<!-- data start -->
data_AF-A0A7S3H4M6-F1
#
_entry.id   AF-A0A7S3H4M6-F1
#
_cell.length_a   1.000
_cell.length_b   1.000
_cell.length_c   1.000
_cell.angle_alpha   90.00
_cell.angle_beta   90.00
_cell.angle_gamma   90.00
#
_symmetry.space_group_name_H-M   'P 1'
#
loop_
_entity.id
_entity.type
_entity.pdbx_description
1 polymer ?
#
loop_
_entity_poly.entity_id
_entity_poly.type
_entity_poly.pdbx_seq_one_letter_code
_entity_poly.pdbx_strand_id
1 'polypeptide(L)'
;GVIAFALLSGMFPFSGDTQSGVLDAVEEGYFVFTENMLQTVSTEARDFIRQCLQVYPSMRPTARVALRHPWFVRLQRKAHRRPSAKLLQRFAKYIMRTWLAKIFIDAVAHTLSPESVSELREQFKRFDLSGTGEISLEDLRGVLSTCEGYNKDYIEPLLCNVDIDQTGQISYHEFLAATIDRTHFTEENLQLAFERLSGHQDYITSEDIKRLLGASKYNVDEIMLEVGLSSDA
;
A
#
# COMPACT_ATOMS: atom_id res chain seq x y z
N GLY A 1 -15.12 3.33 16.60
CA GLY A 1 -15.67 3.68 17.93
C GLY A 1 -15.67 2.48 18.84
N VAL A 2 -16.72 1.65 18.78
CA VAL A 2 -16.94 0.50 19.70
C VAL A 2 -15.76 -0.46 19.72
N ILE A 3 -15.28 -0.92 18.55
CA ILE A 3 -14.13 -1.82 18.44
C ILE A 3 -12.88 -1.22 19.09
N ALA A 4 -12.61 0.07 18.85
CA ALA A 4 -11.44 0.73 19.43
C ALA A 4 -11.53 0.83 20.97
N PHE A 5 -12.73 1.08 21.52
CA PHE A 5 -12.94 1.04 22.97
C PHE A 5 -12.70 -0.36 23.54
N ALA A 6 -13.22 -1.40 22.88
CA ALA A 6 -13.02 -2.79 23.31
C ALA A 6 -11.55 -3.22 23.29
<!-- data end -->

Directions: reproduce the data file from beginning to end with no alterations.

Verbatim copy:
data_AF-A0A7S3H4M6-F1
#
_entry.id   AF-A0A7S3H4M6-F1
#
_cell.length_a   1.000
_cell.length_b   1.000
_cell.length_c   1.000
_cell.angle_alpha   90.00
_cell.angle_beta   90.00
_cell.angle_gamma   90.00
#
_symmetry.space_group_name_H-M   'P 1'
#
loop_
_entity.id
_entity.type
_entity.pdbx_description
1 polymer ?
#
loop_
_entity_poly.entity_id
_entity_poly.type
_entity_poly.pdbx_seq_one_letter_code
_entity_poly.pdbx_strand_id
1 'polypeptide(L)'
;GVIAFALLSGMFPFSGDTQSGVLDAVEEGYFVFTENMLQTVSTEARDFIRQCLQVYPSMRPTARVALRHPWFVRLQRKAHRRPSAKLLQRFAKYIMRTWLAKIFIDAVAHTLSPESVSELREQFKRFDLSGTGEISLEDLRGVLSTCEGYNKDYIEPLLCNVDIDQTGQISYHEFLAATIDRTHFTEENLQLAFERLSGHQDYITSEDIKRLLGASKYNVDEIMLEVGLSSDA
;
A
#
# COMPACT_ATOMS: atom_id res chain seq x y z
N GLY A 1 -15.12 3.33 16.60
CA GLY A 1 -15.67 3.68 17.93
C GLY A 1 -15.67 2.48 18.84
N VAL A 2 -16.72 1.65 18.78
CA VAL A 2 -16.94 0.50 19.70
C VAL A 2 -15.76 -0.46 19.72
N ILE A 3 -15.28 -0.92 18.55
CA ILE A 3 -14.13 -1.82 18.44
C ILE A 3 -12.88 -1.22 19.09
N ALA A 4 -12.61 0.07 18.85
CA ALA A 4 -11.44 0.73 19.43
C ALA A 4 -11.53 0.83 20.97
N PHE A 5 -12.73 1.08 21.52
CA PHE A 5 -12.94 1.04 22.97
C PHE A 5 -12.70 -0.36 23.54
N ALA A 6 -13.22 -1.40 22.88
CA ALA A 6 -13.02 -2.79 23.31
C ALA A 6 -11.55 -3.22 23.29